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By Oscar Barbosa
Some legislators remain hopeful to provide a path to citizenship for Dreamers.
Since the new Republican Party now controls the White House, Congress and the Senate; immigrants across the country have grown worried about their future, especially considering that an aggressive deportation policy was used as flagship rhetoric by Donald Trump to become the 45th President of the United States. See Marwa Eltagouri, from the Tribune.
So far, immigration enforcement has not been too different from the Obama Administration.
In the first six months of the new administration the arrests performed by ICE officers increased, but the deportations did not. USA Today reported that in the final three months of the Obama administration, ICE averaged 9,134 arrests per month; compared to an average of 13,085 each month under Trump. ICE raids into homes, in early hours of the mornings, or at work places now aim at registering as many undocumented people as possible. However, the government lacks the capacity to effectively deport the number of people they have detained. This according to DHS Secretary Kelly, in an internal memorandum. See Dara Lind, from The Vox.
USA Today also reported that “in the final three months of the Obama administration, the agency averaged 22,705 deportations per month”, [compared to 16,895 per month during the first four months of Trumps administration].
Undocumented youth “Dreamers” or Deferred Action for Childhood Arrivals (DACA) recipients are in special danger of losing their immigration status. First, Trump promised during his campaign that he would end DACA, second, deportation proceedings against people with DACA has increased under Trump, and third, a few states have told the administration that they would sue the federal government if DACA was not terminated. In September 5th 2017 the program was terminated. See Michael Shear from the NYT.
Even before the DACA program was terminated, the administration had been using bogus accusations of gang membership in order to begin their removal. The American Civil Liberties Union has filed a class action suit against the administration for fabricating bogus accusations of gang membership in order to deport immigrant youth. In a statement one of the youth in removal said that “The police and immigration agents are arresting kids because they think they look like gang members, but youth are the future of this country and they have a lot to offer.” ICE officials wouldn’t couldn’t comment on a pending lawsuit. In 2016, our offices represented two youth falsely accused of gang activity, one of them continues fighting his case. According to the Washington Examiner, terminations and revocations of DACA increased over time to a total of 2,139 – due to criminal charges, or gang accusations.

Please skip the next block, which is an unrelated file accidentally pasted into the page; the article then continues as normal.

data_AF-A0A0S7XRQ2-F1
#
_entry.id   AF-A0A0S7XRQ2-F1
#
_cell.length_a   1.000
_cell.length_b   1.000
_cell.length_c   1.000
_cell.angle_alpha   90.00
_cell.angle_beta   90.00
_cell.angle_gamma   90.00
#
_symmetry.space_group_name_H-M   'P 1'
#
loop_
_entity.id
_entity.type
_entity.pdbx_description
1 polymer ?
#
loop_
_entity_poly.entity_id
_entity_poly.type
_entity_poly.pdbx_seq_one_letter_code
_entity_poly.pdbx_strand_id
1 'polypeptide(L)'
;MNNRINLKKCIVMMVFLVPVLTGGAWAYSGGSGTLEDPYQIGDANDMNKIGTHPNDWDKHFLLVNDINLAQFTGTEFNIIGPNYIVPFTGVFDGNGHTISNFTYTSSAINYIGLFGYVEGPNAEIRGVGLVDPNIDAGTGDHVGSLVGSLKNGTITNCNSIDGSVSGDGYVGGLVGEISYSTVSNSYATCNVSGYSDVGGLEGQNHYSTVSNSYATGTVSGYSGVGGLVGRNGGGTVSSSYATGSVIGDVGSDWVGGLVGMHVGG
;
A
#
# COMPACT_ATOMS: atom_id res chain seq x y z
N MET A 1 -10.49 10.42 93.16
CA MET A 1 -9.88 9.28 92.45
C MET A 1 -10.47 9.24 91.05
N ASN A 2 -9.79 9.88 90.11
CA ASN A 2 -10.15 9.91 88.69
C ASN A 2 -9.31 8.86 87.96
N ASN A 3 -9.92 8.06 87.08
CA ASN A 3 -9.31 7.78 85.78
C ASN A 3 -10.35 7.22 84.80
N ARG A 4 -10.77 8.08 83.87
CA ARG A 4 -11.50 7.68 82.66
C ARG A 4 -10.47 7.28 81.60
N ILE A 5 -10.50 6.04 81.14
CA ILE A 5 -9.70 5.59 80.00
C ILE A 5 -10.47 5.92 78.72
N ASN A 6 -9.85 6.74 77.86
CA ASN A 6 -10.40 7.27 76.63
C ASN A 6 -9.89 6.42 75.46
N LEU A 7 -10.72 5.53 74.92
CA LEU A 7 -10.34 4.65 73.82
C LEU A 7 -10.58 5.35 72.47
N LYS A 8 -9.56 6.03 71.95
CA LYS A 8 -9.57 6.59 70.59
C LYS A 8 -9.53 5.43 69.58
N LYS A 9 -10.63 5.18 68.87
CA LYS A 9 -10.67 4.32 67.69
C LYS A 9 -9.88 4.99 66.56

2013 — 56.
2014 — 153.
2015 — 460.
2016 — 848.
2017 — 622.
Total — 2,139
The last hope remains in the legislature where The Bridge Act (H.R. 496), Recognizing America’s Children Act (H.R. 1468), the Dream Act (S. 1615 & H.R. 3440) and the Hope Act (H.R. 3591); all remain as viable options to give at least to the Dreamers an option to remain in the U.S.
The Bridge Act (H.R. 496): No path to citizenship, only work authorization
Recognizing America’s Children Act (H.R. 1468): With Path to Citizenship that might take 10 years.
Dream Act 2017 (S. 1615 & H.R. 3440): With Path to Citizenship that might take 13 years.
Hope Act (H.R. 3591): With Path to Citizenship of at least 5 years
For more information see the side by side legislation comparison by National Immigration Law Center
Trump rhetoric has created ‘atmosphere of terror’ for immigrants, advocate says
The government just put out the blueprint for President Trump’s immigration crackdown
Trump Moves to End DACA and Calls on Congress to Act https://www.nytimes.com/2017/09/05/us/politics/trump-daca-dreamers-immigration.html
Increase of DACA Cancellations
ACLU: Feds using bogus gang accusations to deport illegal immigrants
Trump Says Dreamers Shouldn’t Worry. Statistics Say Otherwise.
Immigration arrests up, deportations down under Trump
National Immigration Law Center| Side by Side: DACA and Related 2017 Legislation